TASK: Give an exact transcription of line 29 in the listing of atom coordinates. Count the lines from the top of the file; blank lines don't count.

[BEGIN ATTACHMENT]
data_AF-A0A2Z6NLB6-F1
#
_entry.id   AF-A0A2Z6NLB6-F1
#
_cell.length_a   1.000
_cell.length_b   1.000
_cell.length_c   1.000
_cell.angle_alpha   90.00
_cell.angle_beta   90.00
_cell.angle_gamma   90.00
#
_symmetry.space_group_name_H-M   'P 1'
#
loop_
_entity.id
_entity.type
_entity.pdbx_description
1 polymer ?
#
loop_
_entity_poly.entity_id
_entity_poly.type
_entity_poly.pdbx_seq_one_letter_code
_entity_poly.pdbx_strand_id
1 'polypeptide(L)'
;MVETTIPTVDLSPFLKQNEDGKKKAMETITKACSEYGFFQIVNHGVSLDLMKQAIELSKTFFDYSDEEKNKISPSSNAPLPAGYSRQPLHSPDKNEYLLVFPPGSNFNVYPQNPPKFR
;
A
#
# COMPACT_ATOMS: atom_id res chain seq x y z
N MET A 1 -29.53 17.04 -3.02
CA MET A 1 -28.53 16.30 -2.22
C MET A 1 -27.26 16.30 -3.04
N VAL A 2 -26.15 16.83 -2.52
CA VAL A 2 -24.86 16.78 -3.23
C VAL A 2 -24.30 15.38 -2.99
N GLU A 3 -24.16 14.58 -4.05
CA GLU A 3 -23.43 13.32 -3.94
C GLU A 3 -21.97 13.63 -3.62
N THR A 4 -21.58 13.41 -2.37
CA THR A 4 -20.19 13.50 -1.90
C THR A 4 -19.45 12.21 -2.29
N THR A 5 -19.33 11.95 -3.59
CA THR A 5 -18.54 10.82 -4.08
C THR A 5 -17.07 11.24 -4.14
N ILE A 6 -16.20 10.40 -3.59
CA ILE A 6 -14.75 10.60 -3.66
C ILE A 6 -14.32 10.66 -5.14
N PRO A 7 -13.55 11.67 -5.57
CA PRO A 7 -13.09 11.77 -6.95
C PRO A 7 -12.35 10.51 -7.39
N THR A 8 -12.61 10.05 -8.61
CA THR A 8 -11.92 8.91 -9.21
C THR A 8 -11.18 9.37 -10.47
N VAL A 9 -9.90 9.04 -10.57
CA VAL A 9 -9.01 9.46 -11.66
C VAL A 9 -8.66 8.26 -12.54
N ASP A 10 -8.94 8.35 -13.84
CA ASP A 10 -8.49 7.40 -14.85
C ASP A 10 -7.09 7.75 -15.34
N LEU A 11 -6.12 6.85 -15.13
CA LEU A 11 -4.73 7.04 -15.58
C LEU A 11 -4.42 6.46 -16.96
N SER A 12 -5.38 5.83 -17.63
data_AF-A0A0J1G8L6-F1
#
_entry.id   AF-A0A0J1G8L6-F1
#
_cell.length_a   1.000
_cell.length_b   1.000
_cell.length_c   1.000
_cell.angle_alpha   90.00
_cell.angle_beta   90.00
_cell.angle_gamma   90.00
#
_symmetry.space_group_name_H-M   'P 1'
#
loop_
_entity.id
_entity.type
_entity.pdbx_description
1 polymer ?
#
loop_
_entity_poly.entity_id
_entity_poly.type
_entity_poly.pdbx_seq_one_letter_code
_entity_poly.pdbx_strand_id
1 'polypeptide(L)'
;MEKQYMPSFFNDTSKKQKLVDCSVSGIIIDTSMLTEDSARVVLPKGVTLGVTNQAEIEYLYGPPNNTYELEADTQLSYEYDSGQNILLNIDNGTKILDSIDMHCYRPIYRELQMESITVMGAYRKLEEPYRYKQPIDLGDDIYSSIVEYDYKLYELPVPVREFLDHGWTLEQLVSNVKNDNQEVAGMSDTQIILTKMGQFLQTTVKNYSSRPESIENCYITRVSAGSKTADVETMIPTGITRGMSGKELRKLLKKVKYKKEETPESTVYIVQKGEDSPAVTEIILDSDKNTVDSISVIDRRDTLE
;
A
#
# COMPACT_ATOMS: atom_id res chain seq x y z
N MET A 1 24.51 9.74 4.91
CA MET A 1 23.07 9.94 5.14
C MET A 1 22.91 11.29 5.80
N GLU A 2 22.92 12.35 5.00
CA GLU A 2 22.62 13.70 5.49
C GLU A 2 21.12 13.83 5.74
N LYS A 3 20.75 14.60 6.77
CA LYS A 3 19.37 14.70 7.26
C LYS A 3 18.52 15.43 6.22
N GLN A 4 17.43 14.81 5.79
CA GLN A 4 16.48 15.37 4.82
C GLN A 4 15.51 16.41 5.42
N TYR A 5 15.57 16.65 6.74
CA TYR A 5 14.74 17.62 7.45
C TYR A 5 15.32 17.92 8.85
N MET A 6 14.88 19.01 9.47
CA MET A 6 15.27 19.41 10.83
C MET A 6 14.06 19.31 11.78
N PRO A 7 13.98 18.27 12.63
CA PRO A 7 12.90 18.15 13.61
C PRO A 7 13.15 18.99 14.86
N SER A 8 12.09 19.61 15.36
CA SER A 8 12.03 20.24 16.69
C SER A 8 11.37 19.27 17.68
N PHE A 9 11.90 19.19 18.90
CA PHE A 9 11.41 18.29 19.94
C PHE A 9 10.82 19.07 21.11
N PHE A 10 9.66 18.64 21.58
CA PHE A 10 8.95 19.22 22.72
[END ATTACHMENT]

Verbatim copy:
#